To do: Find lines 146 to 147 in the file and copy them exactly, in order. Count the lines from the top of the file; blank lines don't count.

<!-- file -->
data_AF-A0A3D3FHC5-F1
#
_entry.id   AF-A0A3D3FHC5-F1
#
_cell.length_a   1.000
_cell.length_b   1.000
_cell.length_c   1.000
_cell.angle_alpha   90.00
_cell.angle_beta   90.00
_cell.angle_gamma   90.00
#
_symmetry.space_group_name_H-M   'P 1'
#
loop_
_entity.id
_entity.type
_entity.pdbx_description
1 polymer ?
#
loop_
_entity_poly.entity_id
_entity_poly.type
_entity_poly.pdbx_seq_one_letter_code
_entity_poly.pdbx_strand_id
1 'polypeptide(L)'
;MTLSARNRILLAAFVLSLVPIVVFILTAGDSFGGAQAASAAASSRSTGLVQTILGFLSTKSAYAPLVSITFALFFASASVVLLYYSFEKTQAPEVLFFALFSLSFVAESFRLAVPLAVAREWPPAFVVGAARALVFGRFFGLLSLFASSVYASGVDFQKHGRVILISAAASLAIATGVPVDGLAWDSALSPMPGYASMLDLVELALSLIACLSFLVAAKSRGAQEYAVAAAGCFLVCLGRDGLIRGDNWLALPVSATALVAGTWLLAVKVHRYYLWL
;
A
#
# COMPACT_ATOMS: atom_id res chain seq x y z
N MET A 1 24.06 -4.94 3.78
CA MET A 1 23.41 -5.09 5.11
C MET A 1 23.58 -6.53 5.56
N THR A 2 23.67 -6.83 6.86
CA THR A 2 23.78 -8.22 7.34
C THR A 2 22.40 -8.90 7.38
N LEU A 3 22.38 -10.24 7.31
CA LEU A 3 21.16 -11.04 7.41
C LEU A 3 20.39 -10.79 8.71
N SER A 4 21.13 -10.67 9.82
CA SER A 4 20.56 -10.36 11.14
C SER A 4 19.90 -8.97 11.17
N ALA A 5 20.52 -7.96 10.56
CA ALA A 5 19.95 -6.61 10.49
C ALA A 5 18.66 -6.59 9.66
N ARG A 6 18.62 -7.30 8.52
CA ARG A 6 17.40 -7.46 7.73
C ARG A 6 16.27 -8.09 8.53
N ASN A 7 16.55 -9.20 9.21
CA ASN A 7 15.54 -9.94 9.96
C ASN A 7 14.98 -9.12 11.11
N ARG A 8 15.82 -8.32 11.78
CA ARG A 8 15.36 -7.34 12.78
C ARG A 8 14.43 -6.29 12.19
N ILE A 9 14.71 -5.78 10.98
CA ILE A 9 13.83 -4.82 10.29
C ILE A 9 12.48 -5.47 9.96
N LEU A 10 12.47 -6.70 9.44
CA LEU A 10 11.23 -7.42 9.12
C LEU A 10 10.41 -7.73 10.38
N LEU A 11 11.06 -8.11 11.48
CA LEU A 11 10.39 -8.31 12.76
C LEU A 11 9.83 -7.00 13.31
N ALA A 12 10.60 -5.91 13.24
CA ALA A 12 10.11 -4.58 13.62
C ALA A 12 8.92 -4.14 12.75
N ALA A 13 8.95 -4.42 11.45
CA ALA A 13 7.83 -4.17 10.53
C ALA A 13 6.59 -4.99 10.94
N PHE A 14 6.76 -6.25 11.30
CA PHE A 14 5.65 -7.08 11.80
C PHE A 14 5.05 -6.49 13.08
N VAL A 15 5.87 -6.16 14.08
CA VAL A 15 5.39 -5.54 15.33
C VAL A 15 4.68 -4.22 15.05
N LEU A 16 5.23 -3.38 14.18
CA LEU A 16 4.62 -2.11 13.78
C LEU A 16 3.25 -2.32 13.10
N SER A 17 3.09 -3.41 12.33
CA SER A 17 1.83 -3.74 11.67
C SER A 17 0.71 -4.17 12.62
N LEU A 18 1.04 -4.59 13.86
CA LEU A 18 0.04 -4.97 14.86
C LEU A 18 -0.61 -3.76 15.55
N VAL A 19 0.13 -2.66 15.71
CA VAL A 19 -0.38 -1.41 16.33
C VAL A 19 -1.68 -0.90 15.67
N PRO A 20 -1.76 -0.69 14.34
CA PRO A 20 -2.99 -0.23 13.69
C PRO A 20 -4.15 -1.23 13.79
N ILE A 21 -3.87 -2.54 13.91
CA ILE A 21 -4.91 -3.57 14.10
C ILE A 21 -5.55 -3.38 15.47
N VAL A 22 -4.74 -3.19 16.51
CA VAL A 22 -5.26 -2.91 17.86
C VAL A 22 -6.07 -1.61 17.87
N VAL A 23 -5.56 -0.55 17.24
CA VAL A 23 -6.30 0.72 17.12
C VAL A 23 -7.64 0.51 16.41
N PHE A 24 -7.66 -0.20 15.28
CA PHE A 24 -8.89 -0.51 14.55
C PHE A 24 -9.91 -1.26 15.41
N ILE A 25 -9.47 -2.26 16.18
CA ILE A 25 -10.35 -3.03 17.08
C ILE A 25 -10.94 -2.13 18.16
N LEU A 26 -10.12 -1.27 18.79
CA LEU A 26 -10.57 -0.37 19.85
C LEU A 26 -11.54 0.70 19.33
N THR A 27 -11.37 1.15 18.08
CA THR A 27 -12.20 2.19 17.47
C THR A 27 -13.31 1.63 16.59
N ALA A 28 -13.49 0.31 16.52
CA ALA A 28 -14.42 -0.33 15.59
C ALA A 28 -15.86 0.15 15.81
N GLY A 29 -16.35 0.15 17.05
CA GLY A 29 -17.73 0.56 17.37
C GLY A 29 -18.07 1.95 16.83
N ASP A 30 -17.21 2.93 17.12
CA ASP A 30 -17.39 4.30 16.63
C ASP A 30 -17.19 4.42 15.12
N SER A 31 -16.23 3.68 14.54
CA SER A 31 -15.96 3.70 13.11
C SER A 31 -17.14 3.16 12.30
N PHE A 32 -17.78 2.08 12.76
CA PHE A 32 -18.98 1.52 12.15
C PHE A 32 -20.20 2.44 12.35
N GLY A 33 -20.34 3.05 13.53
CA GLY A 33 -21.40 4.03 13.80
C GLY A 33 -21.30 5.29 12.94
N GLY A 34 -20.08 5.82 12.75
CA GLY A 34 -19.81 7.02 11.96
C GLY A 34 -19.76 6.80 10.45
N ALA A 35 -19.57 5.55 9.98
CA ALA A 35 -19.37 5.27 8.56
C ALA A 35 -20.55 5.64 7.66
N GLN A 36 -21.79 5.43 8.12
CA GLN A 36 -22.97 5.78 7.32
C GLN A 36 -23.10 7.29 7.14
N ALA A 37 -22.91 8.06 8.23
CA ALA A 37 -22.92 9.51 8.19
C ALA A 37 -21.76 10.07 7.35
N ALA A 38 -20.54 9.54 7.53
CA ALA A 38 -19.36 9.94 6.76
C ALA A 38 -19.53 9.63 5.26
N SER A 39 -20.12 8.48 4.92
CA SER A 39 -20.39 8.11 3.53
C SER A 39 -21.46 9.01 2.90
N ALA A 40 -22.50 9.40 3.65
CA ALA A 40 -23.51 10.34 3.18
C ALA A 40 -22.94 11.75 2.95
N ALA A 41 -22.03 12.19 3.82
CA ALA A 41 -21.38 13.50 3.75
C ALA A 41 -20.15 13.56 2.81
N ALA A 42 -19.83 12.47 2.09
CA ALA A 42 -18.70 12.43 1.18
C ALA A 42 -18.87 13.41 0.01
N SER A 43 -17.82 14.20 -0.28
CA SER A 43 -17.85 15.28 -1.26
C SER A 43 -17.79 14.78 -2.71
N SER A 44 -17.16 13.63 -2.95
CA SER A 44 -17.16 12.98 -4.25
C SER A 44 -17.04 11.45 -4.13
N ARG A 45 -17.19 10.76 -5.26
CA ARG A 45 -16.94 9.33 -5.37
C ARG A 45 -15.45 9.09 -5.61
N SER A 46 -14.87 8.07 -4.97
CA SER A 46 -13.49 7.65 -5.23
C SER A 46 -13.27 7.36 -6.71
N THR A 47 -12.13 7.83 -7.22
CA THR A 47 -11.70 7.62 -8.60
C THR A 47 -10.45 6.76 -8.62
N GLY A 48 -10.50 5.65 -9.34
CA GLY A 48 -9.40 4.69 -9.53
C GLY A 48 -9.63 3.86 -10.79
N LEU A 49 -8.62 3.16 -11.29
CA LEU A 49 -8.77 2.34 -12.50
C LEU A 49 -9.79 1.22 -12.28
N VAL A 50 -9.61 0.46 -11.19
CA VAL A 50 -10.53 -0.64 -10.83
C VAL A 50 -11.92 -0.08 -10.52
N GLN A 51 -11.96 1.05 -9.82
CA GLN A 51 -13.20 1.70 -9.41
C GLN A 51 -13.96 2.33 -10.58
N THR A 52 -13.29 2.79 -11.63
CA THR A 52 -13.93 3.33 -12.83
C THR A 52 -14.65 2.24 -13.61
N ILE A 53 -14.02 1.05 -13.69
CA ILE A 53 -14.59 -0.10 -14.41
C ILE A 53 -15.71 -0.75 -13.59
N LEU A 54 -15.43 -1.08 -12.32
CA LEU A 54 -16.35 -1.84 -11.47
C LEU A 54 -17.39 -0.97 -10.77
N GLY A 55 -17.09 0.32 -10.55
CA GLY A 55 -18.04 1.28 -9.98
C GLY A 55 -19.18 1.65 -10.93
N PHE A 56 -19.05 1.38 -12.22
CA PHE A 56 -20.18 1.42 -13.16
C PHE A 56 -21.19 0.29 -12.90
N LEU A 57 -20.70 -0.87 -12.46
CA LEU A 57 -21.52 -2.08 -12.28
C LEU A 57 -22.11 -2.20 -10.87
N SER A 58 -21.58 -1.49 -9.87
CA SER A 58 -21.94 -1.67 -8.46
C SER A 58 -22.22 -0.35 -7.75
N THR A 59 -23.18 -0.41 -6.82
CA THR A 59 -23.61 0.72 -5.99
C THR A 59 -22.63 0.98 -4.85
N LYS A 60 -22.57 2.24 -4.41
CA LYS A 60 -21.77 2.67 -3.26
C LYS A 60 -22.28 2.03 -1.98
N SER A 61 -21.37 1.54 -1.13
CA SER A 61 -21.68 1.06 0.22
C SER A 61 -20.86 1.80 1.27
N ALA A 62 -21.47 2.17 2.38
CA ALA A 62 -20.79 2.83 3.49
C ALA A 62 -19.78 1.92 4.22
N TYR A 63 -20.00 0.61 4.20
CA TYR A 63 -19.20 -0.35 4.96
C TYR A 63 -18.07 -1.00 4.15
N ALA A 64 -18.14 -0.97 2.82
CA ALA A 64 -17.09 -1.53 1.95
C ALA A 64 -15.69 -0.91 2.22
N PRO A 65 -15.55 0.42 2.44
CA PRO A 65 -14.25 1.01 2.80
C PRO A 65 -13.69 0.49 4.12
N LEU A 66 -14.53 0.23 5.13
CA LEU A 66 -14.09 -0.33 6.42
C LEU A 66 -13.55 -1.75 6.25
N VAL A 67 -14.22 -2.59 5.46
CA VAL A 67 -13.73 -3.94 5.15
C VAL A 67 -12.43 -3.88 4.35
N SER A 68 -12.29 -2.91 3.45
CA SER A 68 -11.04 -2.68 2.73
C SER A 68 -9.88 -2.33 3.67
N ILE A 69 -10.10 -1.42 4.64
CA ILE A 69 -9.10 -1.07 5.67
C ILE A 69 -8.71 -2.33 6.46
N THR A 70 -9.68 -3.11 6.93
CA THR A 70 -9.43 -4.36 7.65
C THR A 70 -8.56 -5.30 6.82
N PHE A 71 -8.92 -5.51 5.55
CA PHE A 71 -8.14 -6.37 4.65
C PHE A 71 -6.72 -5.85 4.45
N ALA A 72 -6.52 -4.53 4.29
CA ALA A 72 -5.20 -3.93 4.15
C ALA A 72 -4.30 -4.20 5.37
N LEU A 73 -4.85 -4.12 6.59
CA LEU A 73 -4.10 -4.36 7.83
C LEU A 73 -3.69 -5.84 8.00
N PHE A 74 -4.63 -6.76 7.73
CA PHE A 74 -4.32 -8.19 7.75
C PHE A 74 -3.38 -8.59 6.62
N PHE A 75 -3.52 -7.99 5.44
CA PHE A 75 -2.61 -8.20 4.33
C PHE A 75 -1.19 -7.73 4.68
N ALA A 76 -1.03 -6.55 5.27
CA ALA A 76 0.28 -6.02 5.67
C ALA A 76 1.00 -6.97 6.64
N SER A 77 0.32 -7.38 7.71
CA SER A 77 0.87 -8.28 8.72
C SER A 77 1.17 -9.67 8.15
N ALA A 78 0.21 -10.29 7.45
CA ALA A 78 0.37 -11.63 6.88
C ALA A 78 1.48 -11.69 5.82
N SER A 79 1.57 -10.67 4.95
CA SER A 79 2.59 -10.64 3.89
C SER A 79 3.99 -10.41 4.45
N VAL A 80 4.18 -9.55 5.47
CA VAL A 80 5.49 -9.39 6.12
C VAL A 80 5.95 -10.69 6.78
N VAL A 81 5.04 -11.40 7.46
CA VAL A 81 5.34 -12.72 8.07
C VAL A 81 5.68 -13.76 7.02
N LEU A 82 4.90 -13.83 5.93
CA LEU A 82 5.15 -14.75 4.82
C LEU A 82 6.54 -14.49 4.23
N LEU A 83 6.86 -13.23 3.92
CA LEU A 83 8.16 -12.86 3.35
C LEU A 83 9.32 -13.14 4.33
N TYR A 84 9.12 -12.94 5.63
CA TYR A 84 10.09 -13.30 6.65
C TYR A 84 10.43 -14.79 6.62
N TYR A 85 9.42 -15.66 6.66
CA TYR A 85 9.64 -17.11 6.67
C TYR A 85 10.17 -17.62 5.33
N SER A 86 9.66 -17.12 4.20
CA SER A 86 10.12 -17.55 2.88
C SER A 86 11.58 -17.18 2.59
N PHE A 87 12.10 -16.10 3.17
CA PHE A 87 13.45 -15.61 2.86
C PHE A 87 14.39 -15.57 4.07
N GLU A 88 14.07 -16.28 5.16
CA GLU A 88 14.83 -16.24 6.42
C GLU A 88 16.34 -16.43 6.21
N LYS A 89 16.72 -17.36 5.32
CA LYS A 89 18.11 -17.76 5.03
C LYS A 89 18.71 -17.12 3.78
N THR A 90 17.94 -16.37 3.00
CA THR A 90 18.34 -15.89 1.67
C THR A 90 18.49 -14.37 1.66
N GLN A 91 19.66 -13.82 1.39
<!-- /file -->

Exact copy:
CA SER A 39 -20.39 8.11 3.53
C SER A 39 -21.46 9.01 2.90